The PJ Tatler

L.A. Times Headline: 'Do Conservatives Die Sooner?' L.A. Times Article: This Study Is Nonsense

Moments ago, Los Angeles Times reporter Amina Khan or her editor dropped the following click bomb in its Science Now section, presumably to appeal to their left-leaning readership of left-leaning social science aficionados, who stand ready to stamp the mantle of science on anything that furthers progressive policy prescriptions and little else:


Let’s deconstruct that accompanying photo, which, if it wasn’t staged, is just about the most perfect image ever discovered to match its article’s headline. A wooden cross, signifying that a Christian has died. A bizarrely shaped GOP logo, next to the wooden cross. And a faceless Republican — his shadow casting a pall on the logo — with terrible posture, indicating he has a case of the sads. Either this is the luckiest stock photographer in existence, or the L.A. Times actually sent out a photo crew with instructions to convey dead, sad Christian Republicans.

The article opens with:

If you’re dead serious about politics, consider this: A new paper finds that people with conservative ideologies were more likely to die in the study period than their liberal peers.

The findings, published by the Journal of Epidemiology & Community Health, offer a new view into the complex relationship between political identity and health.

Some studies have found that conservatives appear to be healthier than liberals; others have found that Republicans are less likely to report being in poor health than Democrats. But such papers typically didn’t look at both political party affiliation and political ideology, said lead author Roman Pabayo, a social epidemiologist who did the research while at Harvard and is now at the University of Nevada, Reno.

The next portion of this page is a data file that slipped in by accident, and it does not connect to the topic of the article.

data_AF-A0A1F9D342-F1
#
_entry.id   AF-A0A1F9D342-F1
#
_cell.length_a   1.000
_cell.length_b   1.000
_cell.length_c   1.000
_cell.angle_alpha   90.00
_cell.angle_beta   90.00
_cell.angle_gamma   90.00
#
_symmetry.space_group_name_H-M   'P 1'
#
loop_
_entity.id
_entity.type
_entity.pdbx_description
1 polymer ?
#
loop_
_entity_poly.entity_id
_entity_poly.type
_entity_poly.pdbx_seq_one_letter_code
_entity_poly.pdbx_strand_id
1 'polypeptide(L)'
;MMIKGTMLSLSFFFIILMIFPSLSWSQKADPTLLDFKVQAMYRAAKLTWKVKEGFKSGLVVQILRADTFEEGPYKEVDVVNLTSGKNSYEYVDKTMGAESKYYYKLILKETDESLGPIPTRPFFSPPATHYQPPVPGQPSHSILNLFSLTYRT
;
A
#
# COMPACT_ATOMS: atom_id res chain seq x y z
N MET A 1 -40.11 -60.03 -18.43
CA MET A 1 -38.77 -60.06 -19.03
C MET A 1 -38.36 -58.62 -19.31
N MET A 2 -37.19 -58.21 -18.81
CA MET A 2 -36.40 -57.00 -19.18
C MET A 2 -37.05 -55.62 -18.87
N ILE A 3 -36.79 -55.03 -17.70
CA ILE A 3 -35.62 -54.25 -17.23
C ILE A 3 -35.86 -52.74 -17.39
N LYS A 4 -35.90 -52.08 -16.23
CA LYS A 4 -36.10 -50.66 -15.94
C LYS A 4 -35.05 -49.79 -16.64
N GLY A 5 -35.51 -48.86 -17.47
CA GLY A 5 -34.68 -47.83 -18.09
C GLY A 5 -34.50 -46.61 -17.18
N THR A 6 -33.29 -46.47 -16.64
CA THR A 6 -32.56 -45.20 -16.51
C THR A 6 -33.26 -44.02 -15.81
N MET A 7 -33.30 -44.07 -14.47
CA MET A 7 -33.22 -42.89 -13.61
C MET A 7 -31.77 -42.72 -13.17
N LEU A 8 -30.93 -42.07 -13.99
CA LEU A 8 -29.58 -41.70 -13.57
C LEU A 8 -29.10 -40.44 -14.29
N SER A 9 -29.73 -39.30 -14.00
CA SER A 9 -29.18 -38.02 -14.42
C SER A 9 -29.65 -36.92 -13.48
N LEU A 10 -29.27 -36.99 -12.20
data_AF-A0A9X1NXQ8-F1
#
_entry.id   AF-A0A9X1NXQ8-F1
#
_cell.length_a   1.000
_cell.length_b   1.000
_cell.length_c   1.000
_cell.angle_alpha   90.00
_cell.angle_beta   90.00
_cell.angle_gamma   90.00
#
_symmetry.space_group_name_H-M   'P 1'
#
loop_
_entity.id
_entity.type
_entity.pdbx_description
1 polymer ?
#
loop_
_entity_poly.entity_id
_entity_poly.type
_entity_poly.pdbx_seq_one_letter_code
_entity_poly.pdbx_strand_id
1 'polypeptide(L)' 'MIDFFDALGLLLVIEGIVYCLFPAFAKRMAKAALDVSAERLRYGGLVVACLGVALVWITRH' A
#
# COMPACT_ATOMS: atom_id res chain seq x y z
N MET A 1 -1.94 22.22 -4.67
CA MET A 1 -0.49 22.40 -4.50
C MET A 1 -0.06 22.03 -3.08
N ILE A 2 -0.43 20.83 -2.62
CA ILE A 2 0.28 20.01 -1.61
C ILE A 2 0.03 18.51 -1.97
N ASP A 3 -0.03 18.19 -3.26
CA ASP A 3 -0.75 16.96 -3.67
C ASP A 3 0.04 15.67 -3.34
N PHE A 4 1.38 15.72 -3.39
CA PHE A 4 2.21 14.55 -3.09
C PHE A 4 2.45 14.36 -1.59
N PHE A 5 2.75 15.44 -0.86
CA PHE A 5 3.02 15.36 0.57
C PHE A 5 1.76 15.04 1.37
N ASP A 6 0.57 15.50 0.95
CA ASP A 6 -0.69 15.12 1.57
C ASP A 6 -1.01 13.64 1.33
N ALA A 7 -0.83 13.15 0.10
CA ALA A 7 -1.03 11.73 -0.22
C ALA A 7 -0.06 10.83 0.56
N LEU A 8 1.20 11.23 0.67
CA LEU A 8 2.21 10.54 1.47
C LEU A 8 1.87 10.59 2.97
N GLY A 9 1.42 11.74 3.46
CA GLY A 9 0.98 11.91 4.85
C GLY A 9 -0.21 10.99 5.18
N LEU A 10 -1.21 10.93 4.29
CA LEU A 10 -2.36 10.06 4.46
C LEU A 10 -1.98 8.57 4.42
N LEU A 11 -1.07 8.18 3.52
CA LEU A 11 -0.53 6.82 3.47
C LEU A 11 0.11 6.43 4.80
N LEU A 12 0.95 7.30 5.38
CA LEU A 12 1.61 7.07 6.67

“Previous studies have only looked at one or the other,” Pabayo said. “I wanted to see if there was a relationship between those two.”

Why would a social scientist find such fascination in the study of death rates by political ideology? Add this new chapter to the blossoming field of “Conservative Anthropology” — recall What’s the Matter with Kansas? — wherein leftist sociologists ignore appeals to reason, logic, morals, and Natural Law as the driving force behind conservatism, hypothesizing that it must instead be a physical disorder.

Subsequently, and of course, the article pivots from its morbid fantasy headline to discuss the opinions of Pabayo’s colleague, who believes the study is poo:

But the results elicited some criticism from Subu V. Subramanian, a social epidemiologist at Harvard University who was not involved in the study.

“I have some skepticism around the paper, and one of [the issues] is, can they really tease out this distinction between ideology and affiliation?” Subramanian said.

He also said it would have been useful to have a three-by-three table mapping out the overlap between affiliation and ideology. For example, how many Democrats were actually conservative, how many Republicans were moderates, how many Independents were liberal, etc.

“The results are somewhat inconsistent … and also the mortality effect seems very small,” he added.

Subramanian also argued that self-reported health had been shown in the research to be linked to death rates.

“I would not just dismiss self-rated health as a ‘subjective measure.’ It happens to be one of the strongest measures of your mortality,” he said.

In any case, there’s definitely no causal link here, the researchers said — being liberal or conservative doesn’t directly affect health.

Of course. Be very sure that Amina Khan knew that her own article — and the researchers themselves — would render the headline exploitative and misleading.

But political affiliation and ideology could be markers for other underlying factors that might actually influence health, and it will take much more detailed data to figure out what those factors may be.

For example, Pabayo said, it would be useful to track whether people switch their party affiliation or ideology over time, and whether that’s linked to other changes, as well. And it would be useful to ask people more specific questions about their political beliefs, because on specific policy issues, people may not be as “liberal” or “conservative” as they think.

In other words — we can’t find anything, no one can find anything, but don’t let that “conservatism as pathology” hypothesis die, not ever, it’s just too darn helpful to the cause.